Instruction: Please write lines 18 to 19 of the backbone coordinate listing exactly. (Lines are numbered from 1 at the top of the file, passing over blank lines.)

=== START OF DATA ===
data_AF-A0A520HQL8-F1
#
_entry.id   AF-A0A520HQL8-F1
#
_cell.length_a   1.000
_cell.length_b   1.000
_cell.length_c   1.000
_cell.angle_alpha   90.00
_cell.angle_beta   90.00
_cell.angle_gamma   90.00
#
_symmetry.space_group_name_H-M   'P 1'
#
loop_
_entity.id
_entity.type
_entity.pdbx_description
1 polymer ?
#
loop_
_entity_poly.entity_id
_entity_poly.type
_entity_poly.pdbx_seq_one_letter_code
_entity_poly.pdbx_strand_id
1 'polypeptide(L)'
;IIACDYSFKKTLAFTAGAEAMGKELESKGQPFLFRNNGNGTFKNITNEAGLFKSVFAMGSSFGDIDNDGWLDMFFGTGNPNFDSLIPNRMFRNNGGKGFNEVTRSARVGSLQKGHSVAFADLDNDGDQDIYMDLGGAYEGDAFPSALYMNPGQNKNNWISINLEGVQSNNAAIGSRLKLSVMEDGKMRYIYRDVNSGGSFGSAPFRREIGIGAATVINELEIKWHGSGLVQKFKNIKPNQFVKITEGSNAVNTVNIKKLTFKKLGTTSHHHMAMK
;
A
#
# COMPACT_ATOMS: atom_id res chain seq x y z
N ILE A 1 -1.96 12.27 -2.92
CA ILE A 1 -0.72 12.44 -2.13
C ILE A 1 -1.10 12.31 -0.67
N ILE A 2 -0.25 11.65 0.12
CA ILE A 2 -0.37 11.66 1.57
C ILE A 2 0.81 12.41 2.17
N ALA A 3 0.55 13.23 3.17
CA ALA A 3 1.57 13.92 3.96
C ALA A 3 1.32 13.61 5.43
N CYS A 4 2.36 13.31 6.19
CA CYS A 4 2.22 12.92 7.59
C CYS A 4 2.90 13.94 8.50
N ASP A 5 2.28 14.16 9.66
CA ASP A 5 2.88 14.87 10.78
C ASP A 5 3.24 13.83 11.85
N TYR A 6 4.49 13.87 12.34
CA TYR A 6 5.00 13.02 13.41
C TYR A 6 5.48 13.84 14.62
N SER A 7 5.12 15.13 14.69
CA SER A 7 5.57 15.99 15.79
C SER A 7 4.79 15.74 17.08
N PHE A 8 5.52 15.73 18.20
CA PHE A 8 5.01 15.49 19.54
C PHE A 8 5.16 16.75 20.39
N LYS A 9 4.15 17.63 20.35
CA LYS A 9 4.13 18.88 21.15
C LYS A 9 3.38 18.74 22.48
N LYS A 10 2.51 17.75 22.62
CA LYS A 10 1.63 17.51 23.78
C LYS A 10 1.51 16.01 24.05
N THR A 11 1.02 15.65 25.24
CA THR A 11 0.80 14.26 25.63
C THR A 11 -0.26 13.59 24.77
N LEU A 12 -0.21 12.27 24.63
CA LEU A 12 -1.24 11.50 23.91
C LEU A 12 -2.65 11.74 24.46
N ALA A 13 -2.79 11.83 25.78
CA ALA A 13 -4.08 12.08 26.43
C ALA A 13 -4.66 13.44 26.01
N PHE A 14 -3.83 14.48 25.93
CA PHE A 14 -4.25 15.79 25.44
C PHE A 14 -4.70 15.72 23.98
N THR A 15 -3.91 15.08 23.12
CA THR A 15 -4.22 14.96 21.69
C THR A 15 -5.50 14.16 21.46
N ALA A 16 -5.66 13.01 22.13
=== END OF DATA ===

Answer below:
1 polymer ?
#